The end of circuses and national watermelon day
Turkmenistan's president Saparmurat Niyazov was anything but a conventional politician. Above all, he revelled in bans of all kinds. During his reign, he banned beards, gold teeth, circuses and ballet.
But the bizarre moments of his reign did not end there. He declared himself a god and named two months of the year after himself and his mother. Next to that, his proclamations of National Watermelon Day and National Horse Day seem like a weak concoction.
If you're thinking this story comes from history, you're wrong. Saparmurat Niyazov was Turkmenistan's first president and ruled from 1990 to 2006. During his reign, Saparmurat managed to appoint himself Prime Minister and Marshal. That's what we call lust for power.
Ruling from the sanatorium
You may remember Rob Ford's name from the news. His case is only a few years old. This Toronto mayor was only convicted by a video recording of him smoking crack in 2012.
Ford did not respond to numerous calls for his resignation, telling the media that it was an isolated experiment and a personal failure. However, no other recordings incriminating the mayor of repeated drug use were allowed to see the light of day during the same week.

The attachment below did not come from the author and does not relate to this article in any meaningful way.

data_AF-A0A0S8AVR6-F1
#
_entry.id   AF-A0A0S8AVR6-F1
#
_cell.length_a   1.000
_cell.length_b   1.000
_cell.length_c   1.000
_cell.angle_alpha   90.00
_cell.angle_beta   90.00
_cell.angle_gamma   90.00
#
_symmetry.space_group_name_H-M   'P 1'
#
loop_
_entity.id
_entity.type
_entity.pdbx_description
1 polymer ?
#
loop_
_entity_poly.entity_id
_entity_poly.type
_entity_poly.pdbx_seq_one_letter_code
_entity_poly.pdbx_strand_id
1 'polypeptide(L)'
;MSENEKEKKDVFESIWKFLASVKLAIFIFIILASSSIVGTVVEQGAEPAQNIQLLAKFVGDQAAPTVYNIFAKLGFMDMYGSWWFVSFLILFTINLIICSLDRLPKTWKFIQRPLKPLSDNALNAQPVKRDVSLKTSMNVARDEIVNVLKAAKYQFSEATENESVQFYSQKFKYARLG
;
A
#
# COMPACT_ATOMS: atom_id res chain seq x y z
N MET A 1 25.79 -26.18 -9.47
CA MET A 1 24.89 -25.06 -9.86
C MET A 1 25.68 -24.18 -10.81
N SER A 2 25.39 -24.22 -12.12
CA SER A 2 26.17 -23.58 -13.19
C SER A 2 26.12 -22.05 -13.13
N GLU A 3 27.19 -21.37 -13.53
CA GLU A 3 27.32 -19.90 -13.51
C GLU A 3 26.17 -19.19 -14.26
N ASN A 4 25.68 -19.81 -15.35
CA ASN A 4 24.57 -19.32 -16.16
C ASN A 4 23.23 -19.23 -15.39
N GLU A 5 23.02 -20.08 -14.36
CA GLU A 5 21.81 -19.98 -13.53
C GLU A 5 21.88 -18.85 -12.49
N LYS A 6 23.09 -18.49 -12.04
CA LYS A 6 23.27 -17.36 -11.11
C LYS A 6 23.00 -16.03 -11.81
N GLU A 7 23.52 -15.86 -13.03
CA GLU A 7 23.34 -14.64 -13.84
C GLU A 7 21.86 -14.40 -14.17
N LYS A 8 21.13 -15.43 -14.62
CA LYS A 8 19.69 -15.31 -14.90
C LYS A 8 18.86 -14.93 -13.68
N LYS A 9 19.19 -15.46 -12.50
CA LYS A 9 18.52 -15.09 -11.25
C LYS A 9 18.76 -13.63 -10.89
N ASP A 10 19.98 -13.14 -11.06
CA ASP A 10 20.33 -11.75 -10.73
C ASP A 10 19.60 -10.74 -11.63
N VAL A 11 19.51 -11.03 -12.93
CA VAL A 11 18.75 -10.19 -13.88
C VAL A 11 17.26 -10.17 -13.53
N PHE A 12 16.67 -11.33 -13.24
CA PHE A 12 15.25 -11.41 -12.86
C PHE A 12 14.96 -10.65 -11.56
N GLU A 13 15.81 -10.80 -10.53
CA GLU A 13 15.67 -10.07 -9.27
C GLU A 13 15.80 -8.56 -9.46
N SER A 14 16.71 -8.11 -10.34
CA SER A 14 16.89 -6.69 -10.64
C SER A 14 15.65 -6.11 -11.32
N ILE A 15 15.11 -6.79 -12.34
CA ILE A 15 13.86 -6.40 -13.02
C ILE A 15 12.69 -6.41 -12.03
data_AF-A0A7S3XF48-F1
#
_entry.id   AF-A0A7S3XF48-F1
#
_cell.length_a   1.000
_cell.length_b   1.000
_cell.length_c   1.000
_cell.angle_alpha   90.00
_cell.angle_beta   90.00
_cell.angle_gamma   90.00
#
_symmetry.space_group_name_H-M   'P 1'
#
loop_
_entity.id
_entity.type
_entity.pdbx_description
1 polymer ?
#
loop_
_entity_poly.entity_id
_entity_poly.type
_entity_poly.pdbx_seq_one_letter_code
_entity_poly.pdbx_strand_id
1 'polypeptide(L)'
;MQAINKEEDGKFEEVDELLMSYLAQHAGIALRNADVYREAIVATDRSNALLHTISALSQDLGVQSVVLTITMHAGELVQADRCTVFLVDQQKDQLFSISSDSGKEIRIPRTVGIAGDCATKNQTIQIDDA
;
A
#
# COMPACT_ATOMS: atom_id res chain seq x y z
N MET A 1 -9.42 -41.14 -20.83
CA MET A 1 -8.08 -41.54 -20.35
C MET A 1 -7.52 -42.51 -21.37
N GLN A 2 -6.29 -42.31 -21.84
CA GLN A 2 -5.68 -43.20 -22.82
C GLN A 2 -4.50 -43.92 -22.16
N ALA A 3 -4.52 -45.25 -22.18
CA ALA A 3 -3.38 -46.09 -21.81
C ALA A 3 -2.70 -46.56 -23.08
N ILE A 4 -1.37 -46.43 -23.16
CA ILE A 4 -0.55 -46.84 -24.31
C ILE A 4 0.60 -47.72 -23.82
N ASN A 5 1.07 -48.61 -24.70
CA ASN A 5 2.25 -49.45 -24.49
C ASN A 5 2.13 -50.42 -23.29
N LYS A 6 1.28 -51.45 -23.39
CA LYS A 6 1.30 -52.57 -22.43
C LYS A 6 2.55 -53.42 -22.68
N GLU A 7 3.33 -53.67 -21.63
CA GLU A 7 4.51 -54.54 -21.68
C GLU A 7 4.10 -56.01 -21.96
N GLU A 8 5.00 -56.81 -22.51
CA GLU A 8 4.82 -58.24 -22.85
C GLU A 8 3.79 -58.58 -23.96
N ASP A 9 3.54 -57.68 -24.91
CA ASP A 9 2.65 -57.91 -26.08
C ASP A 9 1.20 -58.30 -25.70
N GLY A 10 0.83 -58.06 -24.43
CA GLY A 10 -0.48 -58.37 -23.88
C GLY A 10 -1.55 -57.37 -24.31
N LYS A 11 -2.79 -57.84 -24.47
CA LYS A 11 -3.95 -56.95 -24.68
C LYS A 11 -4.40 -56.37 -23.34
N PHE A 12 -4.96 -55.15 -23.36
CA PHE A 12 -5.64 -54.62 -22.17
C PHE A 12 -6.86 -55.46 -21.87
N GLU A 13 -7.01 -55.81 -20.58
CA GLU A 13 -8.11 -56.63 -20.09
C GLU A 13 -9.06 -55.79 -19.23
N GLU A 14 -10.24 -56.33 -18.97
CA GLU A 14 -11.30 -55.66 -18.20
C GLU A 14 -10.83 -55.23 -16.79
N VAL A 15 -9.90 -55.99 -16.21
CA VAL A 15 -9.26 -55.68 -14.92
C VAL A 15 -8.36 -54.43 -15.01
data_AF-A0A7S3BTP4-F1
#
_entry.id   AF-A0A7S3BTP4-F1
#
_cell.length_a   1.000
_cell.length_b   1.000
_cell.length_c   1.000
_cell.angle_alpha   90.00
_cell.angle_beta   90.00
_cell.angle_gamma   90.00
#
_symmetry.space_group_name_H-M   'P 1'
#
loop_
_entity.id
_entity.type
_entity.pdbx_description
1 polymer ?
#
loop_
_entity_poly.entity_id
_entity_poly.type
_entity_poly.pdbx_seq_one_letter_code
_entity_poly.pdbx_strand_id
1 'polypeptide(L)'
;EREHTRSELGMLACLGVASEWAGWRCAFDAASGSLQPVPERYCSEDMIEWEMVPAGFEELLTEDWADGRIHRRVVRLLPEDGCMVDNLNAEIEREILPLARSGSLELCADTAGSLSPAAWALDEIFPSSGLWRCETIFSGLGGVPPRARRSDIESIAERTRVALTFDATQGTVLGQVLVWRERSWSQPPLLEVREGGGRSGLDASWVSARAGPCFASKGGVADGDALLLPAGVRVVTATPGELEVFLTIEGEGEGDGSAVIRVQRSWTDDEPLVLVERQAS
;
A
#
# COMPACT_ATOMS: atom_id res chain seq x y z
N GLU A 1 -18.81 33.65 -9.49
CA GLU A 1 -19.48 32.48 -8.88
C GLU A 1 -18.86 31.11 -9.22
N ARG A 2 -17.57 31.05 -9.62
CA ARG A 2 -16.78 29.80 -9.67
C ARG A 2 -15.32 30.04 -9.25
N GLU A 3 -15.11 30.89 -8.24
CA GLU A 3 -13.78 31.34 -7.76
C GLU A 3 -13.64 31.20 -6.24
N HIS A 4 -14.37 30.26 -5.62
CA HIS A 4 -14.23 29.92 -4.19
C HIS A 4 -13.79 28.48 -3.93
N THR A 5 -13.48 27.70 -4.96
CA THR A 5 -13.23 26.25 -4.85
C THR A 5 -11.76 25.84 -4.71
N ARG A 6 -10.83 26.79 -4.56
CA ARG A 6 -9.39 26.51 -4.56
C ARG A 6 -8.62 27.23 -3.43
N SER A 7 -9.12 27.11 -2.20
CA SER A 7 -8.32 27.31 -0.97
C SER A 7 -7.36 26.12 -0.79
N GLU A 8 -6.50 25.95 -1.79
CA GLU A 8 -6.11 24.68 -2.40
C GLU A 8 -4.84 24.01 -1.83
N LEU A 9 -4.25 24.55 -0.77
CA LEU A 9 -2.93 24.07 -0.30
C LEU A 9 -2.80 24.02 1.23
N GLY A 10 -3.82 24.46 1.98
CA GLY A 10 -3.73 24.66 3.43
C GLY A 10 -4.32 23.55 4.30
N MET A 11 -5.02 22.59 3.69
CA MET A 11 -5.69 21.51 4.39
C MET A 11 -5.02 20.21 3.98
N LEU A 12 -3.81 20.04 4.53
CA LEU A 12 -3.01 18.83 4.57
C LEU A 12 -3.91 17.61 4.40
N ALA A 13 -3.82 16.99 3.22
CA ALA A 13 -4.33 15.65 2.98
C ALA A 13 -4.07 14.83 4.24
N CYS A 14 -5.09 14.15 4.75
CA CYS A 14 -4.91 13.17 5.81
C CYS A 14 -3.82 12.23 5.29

But even further scandals didn't make Ford resign. He did not give up his mayoral post and held on to it even while he was in rehab. He became the only mayor to hold office among drug addicts and alcoholics.
The last King of Scotland
This story may look funny at first glance, but there is a dark underbelly behind it. Idi Amin was Uganda's president and dictator who ruled the country after a coup from 1971 to 1979.
His tyranny earned him an unflattering nickname - the Butcher of Kampala. His regime's rule cost the lives of at least 300 000 people and left thousands of people tortured and harshly interrogated.
Amin survived several attempts at revolution and considered himself the last King of Scotland. But that was not his only title. Amin also called himself lord of all creatures on land and water and conqueror of the British Empire.